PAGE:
As I continued to dream about her, she no longer attempted to look back at where I was—only appeared farther and farther away from me. It pained me that this made it more difficult to remember her face. I could only describe it but I can never see it again.

I forget when the din of the outside world became a shallow whisper. Each day I go to work, I succumb to a screeching chair and a vacant screen. For hours I would look at it, wondering if this was what she saw when she looked back at me. My boss told me I have been laid off from work a week after; the reasons were gibberish to me. I was only scrutinizing the carpeted floor of his office as he spoke. I began to deprive myself of sleep. I did not want to see her leaving me again.

So she visited me while I lay awake.

I began keeping all her things I have in my apartment into a box—remnants of my fondest memories. I stored them in an unused closet never to be reopened for my sake. But they seem to have a life of their own.

On one occasion I find her necklace on my bed. I was startled and terrified, then angered by such a cruel joke played on me. Who would have the nerve to do this to me? On another I pick up torn pieces of her picture on the floor. I cried as I took each one of them from where they rested. Why would anyone wish to tear the only photo I have of her?

Finally, in the middle of the night I see her face on the bathroom mirror—all the hair at my nape rose in horror. A familiar chill ran down my spine. It was only for a second or two, but that same blank stare crept into my very soul. She was sending me a message.

Thus she came closer to me as I lay on my bed. I was petrified and paralyzed. I was screaming in my head, but my voice failed me. She inched even nearer, her hand outward towards my face. Her fingers were cold, but they stroked my cheeks—then my neck. She leaned closer to look at me in the eye. But her face…I saw no face. No eyes, no nose, no lips—only the pale colour of her skin. Mouth-less, she spoke to me the very way she spoke to me when we were young—that tiny timid voice.

She told me I must be whole again.

She visited me again a month before our anniversary. On that same bed I could not bear look at her. She caressed by bare chest, my arms, as I tried to edge away. I felt her begin to lie beside me. As her skin touched mine, my breathing halted—I was disoriented and only panic surfaced. She placed her arms over me and clasped tight. That voice that I once found to love as a child now slithered into my ears like a shrill chorus of dread.

She whispered to me that I must be whole again…with her.

I now see the truth of her words as I stand by the edge of a concrete precipice. I peek below and gape at the dark chasm beneath me. It is the same dark oblivion that she saw as she looks back at me. There is emptiness inside of her that only I can fill. We must both become whole again—and only our bond will make it so.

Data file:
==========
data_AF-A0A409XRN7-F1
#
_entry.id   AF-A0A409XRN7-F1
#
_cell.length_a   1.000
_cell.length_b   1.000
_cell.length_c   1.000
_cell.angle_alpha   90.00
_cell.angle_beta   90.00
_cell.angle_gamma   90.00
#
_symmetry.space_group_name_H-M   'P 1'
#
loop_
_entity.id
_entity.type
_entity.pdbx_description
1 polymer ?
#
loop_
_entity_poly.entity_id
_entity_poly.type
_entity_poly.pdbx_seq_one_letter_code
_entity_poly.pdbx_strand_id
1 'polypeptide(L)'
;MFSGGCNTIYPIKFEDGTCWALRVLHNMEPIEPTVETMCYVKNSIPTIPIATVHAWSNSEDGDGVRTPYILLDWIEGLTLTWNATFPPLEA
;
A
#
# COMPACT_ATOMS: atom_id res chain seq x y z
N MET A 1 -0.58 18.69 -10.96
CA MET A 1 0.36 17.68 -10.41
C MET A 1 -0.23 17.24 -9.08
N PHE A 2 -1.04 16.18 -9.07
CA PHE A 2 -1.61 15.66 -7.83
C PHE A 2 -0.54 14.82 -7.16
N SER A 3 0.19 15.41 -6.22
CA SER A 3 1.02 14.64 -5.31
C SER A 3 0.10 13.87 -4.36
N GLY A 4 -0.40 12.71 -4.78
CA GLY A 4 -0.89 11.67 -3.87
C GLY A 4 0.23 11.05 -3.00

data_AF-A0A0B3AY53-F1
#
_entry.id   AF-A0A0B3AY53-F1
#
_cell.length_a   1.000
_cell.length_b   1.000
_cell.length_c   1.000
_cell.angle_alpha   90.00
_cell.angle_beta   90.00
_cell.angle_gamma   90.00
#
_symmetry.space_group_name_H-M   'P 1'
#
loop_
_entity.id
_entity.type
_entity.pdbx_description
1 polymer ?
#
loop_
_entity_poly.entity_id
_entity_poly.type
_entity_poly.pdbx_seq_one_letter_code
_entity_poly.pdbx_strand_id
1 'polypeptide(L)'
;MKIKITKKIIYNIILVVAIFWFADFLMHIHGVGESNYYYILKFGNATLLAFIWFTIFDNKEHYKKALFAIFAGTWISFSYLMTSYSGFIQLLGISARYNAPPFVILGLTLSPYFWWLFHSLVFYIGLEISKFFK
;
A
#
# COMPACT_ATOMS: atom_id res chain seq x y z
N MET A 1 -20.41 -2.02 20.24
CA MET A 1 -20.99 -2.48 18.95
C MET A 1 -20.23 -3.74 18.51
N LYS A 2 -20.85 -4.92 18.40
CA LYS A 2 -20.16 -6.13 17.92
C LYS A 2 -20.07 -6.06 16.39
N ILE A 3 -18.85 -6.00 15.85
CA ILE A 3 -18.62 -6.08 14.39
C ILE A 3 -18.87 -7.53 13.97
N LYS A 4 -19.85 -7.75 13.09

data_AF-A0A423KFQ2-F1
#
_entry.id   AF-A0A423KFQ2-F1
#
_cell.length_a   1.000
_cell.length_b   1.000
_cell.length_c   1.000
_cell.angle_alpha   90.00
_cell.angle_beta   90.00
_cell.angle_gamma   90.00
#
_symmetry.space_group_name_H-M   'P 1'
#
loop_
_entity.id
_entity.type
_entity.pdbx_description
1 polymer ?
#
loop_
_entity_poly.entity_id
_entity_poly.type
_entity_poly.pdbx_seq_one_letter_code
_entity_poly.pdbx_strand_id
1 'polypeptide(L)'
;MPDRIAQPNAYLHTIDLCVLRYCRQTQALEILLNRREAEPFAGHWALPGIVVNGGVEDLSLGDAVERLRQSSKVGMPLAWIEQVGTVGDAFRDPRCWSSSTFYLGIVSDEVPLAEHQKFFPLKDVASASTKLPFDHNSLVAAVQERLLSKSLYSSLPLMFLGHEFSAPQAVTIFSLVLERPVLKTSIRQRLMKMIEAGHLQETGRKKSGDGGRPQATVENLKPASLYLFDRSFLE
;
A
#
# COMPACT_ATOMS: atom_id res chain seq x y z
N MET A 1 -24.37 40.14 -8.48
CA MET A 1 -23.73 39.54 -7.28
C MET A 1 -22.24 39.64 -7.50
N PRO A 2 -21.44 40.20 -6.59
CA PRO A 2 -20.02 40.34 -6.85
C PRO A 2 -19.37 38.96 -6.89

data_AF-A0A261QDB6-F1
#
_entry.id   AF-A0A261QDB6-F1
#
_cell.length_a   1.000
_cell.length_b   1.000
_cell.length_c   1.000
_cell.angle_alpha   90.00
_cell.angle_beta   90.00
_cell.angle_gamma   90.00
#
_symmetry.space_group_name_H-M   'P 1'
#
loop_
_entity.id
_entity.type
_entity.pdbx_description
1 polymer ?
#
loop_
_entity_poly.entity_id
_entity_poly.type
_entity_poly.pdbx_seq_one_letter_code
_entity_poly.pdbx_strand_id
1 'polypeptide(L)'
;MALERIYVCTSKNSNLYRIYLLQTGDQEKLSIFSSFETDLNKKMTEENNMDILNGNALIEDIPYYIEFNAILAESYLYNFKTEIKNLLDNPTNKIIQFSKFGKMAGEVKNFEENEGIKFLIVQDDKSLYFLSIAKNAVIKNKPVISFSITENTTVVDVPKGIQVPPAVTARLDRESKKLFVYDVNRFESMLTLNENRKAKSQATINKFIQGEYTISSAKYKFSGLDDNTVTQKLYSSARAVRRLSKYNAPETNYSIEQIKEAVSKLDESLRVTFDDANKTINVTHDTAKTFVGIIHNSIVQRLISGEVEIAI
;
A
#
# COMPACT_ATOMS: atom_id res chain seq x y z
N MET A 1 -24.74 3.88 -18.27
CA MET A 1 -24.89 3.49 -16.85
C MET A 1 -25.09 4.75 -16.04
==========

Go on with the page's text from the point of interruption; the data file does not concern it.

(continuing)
Thursday, November 6, 2014

Deconstruct This! (Diary of the Frustrated Literature Teacher Entry 2)


Ten slow minutes and the bell would ring. But I saw from my students no eagerness for freedom like fixing their bags in advance- Readying to be dismissed and from this prison called the classroom.

No, none of those. Not even when the chatter of other convicts along the corridors was invading my classroom. It was almost a miracle considering that what was making them and their brains stay was a poem. Almost. 

Wednesday, October 22, 2014

Strangers

By Aby Weygan

Getting to know a stranger starts with one look. Just one.

Usually followed by some knuckle crunching, the usual pushing  and shoving, the occasional name calling "Duwag! Duwag!" and then the celebration! Fight! Fight! Exchange of spits, exchange of fists, attempts to grab, fails, attempts to punch, hits, more fists, one boot, one empty  beer bottle(Red Horse 500 ml) to the back of the head, hits, more fists, one boot to the face. A foul!  Now others join, get ready to rummble!

Sunday, October 19, 2014

Some Dragons are Just Bigger

http://otakutech.com/2714/bethesda-teach-skyrim-dragons-to-fly/

By Beth

One fight fought
One dragon slain,
Everyone has a battlefield
Everyone has something to exterminate.

But sometimes,

One man’s arena
Is just another man’s ground for play
And one man’s big fight
Is just another man’s sparring game.
Nonetheless,

Throughout all the wars we find ourselves in
And all the enemies we have to face…
Be it known that all battles big or small,
Are lost or won… inside your brain.

I LOVE YOU! (the poetry of our lives)



Photography and Poetry by Karlo Weygan Kokoi Ravanera


And,
the Poetry of Our Lives,
just like the Poet--
would persist and continue to live on...
For the Days, we count not--
but stead
the moments, we cherish,
for THAT is what's vital and of utmost importance

YOU are;
to ME, LIFE...
YOU, to me, IS JOY...
You is YOU
YOU are ME...
AND YOU, IS WE...

And...

I LOVE YOU!


Tuesday, September 30, 2014

When Monica grabbed Bill

By Kurt Bagayao


Snoring your way to your much-anticipated REM.
Hoping you could catch on your dreams with the sun as your emblem.
Numbers and letters on the glass, scribbled and decoded for your viewing pleasure.
Leaving "Aha!" moments leaving a wide grin on your face like a caricature.